I know how Jay-Z, Jim Carey and Tina Fey feel now.
I opened up the mail yesterday and was astounded to get a notice that WorkCompCentral is being fined by the New York State Compensation Board $4,000 for failing to secure work comp insurance for it's sole New York employee.
W?! T?! F?!!!!
How did this happen? Who dropped the ball? And that employee was just hired about 8 weeks ago - how could the fine be THAT much (about 8% of the total payroll for that employee)?
And WorkCompCentral of all businesses! Oy vey - the embarrassment and professional shame; probably the worst thing that could happen to a business that so righteously and piously covers the workers' compensation industry's news.
Certainly that piddly amount pales compared to Tina Fey's $79,000 penalty - but then again Tina Fey's investments and businesses likely make more in one week than WorkCompCentral does in an entire year.
Tina Fey's insurance broker took the fall for her, stating publicly that it was a clerical error on the part of the brokerage that caused the oversight.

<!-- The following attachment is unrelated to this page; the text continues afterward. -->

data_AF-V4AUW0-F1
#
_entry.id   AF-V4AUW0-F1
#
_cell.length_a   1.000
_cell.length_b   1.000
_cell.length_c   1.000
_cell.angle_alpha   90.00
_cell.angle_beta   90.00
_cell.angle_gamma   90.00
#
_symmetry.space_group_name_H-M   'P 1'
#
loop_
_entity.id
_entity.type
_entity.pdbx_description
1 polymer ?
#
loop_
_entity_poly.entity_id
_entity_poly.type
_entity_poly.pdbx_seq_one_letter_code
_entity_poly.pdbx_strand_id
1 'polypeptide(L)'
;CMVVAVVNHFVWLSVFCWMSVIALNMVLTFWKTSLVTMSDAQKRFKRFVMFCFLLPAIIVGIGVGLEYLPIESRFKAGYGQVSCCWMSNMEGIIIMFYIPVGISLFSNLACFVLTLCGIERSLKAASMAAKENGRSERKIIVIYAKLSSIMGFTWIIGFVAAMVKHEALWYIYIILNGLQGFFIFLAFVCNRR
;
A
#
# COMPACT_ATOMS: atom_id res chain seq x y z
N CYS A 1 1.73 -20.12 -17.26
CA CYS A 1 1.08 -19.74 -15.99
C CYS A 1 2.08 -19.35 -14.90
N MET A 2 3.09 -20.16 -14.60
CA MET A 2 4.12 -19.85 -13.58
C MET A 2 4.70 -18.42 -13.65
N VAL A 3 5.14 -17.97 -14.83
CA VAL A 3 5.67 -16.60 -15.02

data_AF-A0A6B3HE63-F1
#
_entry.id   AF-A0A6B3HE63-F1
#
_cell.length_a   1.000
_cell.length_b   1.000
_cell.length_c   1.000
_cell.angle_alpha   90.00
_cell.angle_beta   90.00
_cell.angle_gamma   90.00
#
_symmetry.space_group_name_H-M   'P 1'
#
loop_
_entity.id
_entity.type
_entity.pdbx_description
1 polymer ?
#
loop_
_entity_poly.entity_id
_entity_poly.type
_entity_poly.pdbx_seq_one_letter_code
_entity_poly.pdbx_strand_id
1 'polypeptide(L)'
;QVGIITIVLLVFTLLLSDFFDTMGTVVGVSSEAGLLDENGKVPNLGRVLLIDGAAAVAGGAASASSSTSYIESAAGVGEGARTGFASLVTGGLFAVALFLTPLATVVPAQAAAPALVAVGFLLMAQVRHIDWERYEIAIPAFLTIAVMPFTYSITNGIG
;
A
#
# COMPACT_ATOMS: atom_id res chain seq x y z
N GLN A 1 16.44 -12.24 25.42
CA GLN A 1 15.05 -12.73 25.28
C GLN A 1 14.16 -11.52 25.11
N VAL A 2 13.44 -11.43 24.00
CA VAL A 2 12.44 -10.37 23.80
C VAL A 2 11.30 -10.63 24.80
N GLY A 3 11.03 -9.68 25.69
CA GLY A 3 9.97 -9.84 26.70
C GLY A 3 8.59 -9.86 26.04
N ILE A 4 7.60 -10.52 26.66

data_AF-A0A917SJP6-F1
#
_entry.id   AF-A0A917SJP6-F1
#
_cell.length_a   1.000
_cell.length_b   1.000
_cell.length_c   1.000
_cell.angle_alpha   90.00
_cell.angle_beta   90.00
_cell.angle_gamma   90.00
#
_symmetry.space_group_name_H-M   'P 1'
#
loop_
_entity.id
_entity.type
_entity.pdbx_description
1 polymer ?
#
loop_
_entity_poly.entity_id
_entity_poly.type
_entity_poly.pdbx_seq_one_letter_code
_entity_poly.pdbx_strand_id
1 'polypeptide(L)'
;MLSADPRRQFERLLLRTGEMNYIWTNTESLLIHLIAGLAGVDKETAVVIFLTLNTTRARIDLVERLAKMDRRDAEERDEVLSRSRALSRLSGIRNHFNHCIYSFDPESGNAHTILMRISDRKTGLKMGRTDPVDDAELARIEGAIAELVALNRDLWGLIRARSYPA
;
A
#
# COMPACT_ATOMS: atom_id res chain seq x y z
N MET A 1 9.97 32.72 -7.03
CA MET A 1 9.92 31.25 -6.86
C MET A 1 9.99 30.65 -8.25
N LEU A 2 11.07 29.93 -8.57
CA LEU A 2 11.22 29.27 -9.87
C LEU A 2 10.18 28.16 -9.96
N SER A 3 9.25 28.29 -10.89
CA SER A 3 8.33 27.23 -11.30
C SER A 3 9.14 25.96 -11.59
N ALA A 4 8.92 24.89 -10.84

“We collectively accept full responsibility for this clerical error,” said DeMille Halliburton, vice president of insurance broker Robertson Taylor. “Tina Fey was never delinquent in paying premiums or having the proper … coverage.”
In 2011, the NY SWB obtained an $18,000 judgment against rapper Jay-Z for failing to provide coverage for his household staff in New York City for three months during 2009. The board later withdrew the judgment against the musician after finding that the failure in coverage was caused by a clerical error on the part of his insurer.
I have to make the same sort of claim, so I hope that the powers that be at SWB take pity on me and WCC.
Turns out we covered the employee in New Jersey - that's what my broker says at least - and he has a policy to prove that.
What would my California based broker know? New York, New Jersey - they both are on the East Coast, right next to each other. Both start with "New".
And obviously the intent was there to cover - otherwise we would not have purchased any insurance whatsoever.
Last year, SWB asked the New York County Supreme Court to vacate a $72,000 judgment against comedian and actor Jim Carrey who also ran afoul of policy checks, and it turns out that Carrey actually had coverage in place, but a clerical error by Travelers Insurance Co. made it appear that he didn't.
Certainly New York's policy of presumption of guilty until proven innocent gets headlines and should make employers think twice about skirting their coverage obligations.
But in the case of the happy wanderer, who ignorantly had every reason to believe coverage was in place and has acted quickly to correct the error, such a fine should be waived.
Compliance has occurred. I plead guilty. Just lighten my sentence based on my good behavior...